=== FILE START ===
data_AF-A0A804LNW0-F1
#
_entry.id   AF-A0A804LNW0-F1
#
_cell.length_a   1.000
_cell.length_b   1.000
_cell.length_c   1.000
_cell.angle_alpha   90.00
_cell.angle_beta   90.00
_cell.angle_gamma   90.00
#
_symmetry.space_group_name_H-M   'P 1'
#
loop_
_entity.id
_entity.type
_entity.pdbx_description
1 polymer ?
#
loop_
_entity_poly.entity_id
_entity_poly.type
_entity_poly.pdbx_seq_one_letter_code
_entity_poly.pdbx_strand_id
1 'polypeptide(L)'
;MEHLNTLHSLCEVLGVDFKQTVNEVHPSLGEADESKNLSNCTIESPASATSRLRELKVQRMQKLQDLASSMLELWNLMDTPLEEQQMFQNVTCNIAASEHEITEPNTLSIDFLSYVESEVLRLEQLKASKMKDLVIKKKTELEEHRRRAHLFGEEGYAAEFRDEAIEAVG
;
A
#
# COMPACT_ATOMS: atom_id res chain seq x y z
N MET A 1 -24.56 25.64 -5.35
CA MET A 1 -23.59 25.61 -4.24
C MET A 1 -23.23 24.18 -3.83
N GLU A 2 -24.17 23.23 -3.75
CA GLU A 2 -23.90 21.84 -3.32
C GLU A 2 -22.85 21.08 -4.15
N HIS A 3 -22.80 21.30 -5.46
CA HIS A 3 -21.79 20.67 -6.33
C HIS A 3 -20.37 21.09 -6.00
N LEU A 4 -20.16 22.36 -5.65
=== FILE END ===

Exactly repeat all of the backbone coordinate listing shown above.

data_AF-A0A804LNW0-F1
#
_entry.id   AF-A0A804LNW0-F1
#
_cell.length_a   1.000
_cell.length_b   1.000
_cell.length_c   1.000
_cell.angle_alpha   90.00
_cell.angle_beta   90.00
_cell.angle_gamma   90.00
#
_symmetry.space_group_name_H-M   'P 1'
#
loop_
_entity.id
_entity.type
_entity.pdbx_description
1 polymer ?
#
loop_
_entity_poly.entity_id
_entity_poly.type
_entity_poly.pdbx_seq_one_letter_code
_entity_poly.pdbx_strand_id
1 'polypeptide(L)'
;MEHLNTLHSLCEVLGVDFKQTVNEVHPSLGEADESKNLSNCTIESPASATSRLRELKVQRMQKLQDLASSMLELWNLMDTPLEEQQMFQNVTCNIAASEHEITEPNTLSIDFLSYVESEVLRLEQLKASKMKDLVIKKKTELEEHRRRAHLFGEEGYAAEFRDEAIEAVG
;
A
#
# COMPACT_ATOMS: atom_id res chain seq x y z
N MET A 1 -24.56 25.64 -5.35
CA MET A 1 -23.59 25.61 -4.24
C MET A 1 -23.23 24.18 -3.83
N GLU A 2 -24.17 23.23 -3.75
CA GLU A 2 -23.90 21.84 -3.32
C GLU A 2 -22.85 21.08 -4.15
N HIS A 3 -22.80 21.30 -5.46
CA HIS A 3 -21.79 20.67 -6.33
C HIS A 3 -20.37 21.09 -6.00
N LEU A 4 -20.16 22.36 -5.65